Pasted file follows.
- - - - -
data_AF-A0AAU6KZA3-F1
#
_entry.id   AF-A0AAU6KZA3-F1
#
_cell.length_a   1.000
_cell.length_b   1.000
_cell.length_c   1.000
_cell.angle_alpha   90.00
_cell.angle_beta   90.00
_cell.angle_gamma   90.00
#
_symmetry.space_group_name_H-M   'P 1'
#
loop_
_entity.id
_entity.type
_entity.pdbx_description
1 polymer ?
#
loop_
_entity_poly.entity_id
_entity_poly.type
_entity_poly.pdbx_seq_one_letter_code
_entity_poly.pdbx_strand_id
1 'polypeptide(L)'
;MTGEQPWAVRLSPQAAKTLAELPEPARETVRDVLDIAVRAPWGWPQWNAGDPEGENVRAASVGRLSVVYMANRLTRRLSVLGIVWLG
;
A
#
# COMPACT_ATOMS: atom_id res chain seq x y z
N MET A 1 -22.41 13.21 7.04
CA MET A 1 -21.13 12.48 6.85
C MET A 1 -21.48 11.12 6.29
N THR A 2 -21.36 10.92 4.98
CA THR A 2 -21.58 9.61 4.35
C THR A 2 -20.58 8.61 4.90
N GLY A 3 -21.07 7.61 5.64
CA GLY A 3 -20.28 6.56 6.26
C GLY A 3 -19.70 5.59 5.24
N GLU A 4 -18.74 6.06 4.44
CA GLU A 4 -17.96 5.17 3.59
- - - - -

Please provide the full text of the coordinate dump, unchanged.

data_AF-A0AAU6KZA3-F1
#
_entry.id   AF-A0AAU6KZA3-F1
#
_cell.length_a   1.000
_cell.length_b   1.000
_cell.length_c   1.000
_cell.angle_alpha   90.00
_cell.angle_beta   90.00
_cell.angle_gamma   90.00
#
_symmetry.space_group_name_H-M   'P 1'
#
loop_
_entity.id
_entity.type
_entity.pdbx_description
1 polymer ?
#
loop_
_entity_poly.entity_id
_entity_poly.type
_entity_poly.pdbx_seq_one_letter_code
_entity_poly.pdbx_strand_id
1 'polypeptide(L)'
;MTGEQPWAVRLSPQAAKTLAELPEPARETVRDVLDIAVRAPWGWPQWNAGDPEGENVRAASVGRLSVVYMANRLTRRLSVLGIVWLG
;
A
#
# COMPACT_ATOMS: atom_id res chain seq x y z
N MET A 1 -22.41 13.21 7.04
CA MET A 1 -21.13 12.48 6.85
C MET A 1 -21.48 11.12 6.29
N THR A 2 -21.36 10.92 4.98
CA THR A 2 -21.58 9.61 4.35
C THR A 2 -20.58 8.61 4.90
N GLY A 3 -21.07 7.61 5.64
CA GLY A 3 -20.28 6.56 6.26
C GLY A 3 -19.70 5.59 5.24
N GLU A 4 -18.74 6.06 4.44
CA GLU A 4 -17.96 5.17 3.59